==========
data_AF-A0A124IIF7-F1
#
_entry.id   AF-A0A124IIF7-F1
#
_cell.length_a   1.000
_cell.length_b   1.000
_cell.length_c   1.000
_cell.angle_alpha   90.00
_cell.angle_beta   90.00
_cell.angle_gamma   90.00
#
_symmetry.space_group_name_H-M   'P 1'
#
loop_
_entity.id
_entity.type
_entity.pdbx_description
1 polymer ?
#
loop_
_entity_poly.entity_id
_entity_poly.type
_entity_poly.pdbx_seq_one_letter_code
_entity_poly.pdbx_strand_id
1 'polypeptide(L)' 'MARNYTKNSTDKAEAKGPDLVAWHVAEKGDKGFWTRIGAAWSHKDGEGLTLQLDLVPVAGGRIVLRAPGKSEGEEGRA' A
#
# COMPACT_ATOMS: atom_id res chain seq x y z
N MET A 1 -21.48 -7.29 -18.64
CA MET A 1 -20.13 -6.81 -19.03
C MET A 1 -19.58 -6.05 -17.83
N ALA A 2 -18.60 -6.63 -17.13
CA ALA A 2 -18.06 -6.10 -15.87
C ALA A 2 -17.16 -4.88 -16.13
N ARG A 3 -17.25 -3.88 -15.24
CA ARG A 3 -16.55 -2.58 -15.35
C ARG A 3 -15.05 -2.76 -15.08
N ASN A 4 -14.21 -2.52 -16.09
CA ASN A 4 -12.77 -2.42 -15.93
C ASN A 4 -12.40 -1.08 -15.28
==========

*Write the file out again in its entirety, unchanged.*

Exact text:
data_AF-A0A124IIF7-F1
#
_entry.id   AF-A0A124IIF7-F1
#
_cell.length_a   1.000
_cell.length_b   1.000
_cell.length_c   1.000
_cell.angle_alpha   90.00
_cell.angle_beta   90.00
_cell.angle_gamma   90.00
#
_symmetry.space_group_name_H-M   'P 1'
#
loop_
_entity.id
_entity.type
_entity.pdbx_description
1 polymer ?
#
loop_
_entity_poly.entity_id
_entity_poly.type
_entity_poly.pdbx_seq_one_letter_code
_entity_poly.pdbx_strand_id
1 'polypeptide(L)' 'MARNYTKNSTDKAEAKGPDLVAWHVAEKGDKGFWTRIGAAWSHKDGEGLTLQLDLVPVAGGRIVLRAPGKSEGEEGRA' A
#
# COMPACT_ATOMS: atom_id res chain seq x y z
N MET A 1 -21.48 -7.29 -18.64
CA MET A 1 -20.13 -6.81 -19.03
C MET A 1 -19.58 -6.05 -17.83
N ALA A 2 -18.60 -6.63 -17.13
CA ALA A 2 -18.06 -6.10 -15.87
C ALA A 2 -17.16 -4.88 -16.13
N ARG A 3 -17.25 -3.88 -15.24
CA ARG A 3 -16.55 -2.58 -15.35
C ARG A 3 -15.05 -2.76 -15.08
N ASN A 4 -14.21 -2.52 -16.09
CA ASN A 4 -12.77 -2.42 -15.93
C ASN A 4 -12.40 -1.08 -15.28